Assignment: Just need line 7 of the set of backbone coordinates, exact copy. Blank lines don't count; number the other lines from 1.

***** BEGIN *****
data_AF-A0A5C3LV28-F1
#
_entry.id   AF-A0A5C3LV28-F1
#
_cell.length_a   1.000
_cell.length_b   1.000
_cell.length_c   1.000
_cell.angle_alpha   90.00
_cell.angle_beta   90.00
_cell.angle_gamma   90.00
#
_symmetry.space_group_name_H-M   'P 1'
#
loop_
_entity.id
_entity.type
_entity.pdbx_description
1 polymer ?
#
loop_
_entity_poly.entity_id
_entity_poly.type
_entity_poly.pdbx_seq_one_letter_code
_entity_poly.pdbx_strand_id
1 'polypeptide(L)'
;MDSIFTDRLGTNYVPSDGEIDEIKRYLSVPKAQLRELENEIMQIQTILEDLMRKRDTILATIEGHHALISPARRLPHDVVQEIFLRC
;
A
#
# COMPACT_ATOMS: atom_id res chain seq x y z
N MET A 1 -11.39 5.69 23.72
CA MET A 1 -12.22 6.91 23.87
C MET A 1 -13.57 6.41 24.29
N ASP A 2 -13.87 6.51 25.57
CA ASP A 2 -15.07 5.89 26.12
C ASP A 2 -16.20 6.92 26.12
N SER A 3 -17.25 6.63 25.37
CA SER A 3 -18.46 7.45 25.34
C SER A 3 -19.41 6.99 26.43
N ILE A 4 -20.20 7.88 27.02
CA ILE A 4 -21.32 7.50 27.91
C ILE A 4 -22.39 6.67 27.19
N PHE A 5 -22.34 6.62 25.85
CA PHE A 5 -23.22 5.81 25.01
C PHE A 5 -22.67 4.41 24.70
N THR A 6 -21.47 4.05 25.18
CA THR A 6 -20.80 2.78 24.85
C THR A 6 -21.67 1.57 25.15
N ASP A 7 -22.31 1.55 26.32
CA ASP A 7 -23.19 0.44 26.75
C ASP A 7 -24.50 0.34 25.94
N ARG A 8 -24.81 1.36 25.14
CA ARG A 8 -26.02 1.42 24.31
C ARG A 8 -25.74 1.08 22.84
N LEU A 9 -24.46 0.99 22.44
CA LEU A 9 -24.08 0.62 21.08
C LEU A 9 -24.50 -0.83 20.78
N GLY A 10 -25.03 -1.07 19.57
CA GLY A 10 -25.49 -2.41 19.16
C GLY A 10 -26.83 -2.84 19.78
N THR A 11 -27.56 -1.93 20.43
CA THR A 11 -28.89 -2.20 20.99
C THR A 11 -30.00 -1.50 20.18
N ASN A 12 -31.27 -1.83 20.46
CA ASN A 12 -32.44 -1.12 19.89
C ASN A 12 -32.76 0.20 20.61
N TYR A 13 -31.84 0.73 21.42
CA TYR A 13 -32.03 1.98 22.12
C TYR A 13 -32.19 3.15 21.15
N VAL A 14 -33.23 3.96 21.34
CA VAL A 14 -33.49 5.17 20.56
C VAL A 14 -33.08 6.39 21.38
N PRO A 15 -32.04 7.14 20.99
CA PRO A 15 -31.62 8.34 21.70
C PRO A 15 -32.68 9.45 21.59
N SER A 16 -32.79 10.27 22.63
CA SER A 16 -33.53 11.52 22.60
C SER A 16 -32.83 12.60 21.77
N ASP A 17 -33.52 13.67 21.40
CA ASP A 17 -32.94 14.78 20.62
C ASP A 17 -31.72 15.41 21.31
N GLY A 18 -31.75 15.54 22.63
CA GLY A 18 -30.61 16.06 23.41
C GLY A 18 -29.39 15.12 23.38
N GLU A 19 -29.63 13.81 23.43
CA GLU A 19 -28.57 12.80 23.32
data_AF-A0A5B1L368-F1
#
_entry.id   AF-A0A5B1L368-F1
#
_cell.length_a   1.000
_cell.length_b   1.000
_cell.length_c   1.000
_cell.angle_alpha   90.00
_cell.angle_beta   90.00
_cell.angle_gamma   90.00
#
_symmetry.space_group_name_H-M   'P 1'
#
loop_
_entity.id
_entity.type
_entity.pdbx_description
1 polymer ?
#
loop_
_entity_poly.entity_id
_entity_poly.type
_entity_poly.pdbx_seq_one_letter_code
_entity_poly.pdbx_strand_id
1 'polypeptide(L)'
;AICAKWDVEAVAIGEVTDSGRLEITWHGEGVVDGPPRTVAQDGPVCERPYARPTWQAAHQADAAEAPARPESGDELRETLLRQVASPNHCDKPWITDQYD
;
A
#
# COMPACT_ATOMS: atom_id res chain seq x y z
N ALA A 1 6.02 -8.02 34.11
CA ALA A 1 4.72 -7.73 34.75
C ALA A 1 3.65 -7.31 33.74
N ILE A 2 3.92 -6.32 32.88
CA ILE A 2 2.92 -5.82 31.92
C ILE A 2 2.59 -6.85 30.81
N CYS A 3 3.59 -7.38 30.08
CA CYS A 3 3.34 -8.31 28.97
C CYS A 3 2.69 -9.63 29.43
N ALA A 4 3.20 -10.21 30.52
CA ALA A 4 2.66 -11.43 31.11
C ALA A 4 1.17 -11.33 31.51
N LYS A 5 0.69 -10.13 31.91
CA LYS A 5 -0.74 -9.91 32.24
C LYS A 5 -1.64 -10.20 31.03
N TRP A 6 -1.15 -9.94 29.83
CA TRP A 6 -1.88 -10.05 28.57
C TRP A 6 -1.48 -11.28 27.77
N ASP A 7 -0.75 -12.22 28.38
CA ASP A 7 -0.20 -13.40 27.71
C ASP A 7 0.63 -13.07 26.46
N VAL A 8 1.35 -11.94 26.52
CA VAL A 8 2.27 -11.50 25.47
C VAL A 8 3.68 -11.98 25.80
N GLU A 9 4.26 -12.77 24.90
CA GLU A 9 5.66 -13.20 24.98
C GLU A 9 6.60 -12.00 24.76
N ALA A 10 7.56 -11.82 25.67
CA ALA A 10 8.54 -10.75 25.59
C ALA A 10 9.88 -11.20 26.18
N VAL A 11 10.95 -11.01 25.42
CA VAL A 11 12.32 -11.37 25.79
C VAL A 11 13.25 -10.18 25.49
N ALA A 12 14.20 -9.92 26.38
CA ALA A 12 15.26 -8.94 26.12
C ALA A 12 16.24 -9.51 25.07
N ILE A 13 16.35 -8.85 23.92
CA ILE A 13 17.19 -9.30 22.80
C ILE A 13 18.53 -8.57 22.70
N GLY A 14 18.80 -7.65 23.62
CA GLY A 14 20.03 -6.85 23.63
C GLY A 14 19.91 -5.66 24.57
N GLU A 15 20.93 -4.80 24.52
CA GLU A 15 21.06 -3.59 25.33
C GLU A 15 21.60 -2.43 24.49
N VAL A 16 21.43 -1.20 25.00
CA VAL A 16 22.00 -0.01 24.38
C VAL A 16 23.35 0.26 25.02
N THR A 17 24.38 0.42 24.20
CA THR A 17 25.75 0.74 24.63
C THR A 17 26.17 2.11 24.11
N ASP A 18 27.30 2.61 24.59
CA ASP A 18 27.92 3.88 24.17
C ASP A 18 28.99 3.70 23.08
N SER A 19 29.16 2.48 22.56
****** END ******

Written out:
_cell.length_c   1.000